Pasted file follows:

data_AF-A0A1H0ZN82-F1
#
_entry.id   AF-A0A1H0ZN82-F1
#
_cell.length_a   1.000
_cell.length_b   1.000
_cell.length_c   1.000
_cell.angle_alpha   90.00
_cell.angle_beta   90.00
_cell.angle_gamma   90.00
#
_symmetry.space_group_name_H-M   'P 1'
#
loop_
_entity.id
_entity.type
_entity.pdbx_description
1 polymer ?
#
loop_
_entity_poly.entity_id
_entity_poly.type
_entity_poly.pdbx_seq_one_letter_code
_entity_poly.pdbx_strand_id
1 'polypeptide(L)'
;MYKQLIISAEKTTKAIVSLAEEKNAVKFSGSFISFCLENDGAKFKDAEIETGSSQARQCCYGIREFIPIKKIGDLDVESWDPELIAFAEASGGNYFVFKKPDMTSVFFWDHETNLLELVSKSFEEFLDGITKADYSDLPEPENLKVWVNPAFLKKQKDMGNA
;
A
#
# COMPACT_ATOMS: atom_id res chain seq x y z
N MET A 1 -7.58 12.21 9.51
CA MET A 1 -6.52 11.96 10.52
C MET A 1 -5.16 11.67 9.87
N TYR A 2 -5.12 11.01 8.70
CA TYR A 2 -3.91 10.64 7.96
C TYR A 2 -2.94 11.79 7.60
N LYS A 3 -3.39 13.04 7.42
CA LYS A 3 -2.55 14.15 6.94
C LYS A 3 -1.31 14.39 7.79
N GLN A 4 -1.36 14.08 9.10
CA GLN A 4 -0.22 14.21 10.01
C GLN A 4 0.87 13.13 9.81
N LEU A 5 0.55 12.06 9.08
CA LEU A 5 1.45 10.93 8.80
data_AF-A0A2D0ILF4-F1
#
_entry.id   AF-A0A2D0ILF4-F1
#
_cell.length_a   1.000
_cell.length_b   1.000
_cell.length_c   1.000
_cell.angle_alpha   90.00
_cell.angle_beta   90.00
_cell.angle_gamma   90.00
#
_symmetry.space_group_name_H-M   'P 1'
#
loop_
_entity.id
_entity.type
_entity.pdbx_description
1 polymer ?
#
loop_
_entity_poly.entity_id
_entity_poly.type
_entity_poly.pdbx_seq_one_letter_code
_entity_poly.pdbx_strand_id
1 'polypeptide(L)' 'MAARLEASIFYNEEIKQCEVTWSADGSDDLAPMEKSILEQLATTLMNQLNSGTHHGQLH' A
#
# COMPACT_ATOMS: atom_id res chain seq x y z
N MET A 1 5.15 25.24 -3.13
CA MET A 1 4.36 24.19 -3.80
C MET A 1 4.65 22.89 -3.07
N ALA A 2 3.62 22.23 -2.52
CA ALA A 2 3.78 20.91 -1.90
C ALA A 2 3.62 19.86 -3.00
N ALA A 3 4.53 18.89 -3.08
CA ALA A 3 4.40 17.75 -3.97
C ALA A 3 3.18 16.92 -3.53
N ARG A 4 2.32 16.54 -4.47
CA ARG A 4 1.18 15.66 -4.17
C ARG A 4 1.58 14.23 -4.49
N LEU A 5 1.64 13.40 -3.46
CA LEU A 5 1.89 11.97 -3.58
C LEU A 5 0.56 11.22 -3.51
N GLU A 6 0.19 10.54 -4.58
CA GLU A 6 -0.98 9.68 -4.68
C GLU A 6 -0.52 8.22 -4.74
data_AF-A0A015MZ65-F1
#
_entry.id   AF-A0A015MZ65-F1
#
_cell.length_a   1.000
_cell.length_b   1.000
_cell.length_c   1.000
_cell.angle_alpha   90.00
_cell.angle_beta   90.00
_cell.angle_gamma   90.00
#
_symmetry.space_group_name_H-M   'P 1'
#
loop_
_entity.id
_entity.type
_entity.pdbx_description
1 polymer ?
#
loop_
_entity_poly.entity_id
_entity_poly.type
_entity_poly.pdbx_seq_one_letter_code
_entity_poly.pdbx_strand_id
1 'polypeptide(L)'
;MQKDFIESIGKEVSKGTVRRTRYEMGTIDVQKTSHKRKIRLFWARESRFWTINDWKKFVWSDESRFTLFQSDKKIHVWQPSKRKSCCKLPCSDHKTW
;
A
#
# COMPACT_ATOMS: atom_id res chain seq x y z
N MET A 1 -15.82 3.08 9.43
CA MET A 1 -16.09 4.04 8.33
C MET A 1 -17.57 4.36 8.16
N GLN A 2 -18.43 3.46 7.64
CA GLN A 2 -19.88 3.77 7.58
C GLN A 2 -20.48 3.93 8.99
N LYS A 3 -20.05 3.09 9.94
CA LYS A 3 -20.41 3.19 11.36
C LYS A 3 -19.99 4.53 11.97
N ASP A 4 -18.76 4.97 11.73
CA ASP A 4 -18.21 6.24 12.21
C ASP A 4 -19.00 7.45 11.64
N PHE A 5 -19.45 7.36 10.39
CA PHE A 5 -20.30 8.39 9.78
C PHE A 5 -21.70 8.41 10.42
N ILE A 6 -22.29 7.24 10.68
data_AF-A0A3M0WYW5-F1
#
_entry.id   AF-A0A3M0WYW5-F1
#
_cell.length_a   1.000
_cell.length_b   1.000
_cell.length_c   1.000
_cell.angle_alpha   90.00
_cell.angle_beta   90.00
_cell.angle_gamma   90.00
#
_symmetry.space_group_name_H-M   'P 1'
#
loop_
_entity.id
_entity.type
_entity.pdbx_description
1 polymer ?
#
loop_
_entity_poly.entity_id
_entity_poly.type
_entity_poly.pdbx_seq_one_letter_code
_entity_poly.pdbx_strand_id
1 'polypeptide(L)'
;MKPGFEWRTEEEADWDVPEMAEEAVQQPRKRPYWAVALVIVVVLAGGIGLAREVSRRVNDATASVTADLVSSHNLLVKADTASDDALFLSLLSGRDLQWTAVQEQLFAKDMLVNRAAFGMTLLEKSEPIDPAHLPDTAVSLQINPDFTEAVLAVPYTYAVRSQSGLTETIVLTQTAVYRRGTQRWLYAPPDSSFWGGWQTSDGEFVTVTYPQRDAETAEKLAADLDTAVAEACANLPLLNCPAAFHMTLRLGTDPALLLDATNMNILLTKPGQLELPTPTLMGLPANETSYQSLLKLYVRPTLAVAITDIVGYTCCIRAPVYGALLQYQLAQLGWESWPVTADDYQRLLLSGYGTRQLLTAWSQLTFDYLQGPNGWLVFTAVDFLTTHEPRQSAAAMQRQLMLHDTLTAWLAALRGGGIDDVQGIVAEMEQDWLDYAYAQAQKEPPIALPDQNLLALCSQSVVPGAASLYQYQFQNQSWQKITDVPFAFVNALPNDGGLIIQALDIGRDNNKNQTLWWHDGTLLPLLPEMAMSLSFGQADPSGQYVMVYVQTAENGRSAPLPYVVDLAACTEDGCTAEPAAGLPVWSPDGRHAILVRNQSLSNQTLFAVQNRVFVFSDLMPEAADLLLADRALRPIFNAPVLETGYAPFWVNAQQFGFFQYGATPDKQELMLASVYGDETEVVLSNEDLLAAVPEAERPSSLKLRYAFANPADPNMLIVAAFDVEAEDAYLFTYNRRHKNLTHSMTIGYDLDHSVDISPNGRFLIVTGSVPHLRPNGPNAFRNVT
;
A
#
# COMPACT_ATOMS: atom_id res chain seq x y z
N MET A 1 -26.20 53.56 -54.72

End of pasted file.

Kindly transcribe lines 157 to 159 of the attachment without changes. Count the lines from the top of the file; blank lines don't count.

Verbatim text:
_entity_poly.type
_entity_poly.pdbx_seq_one_letter_code
_entity_poly.pdbx_strand_id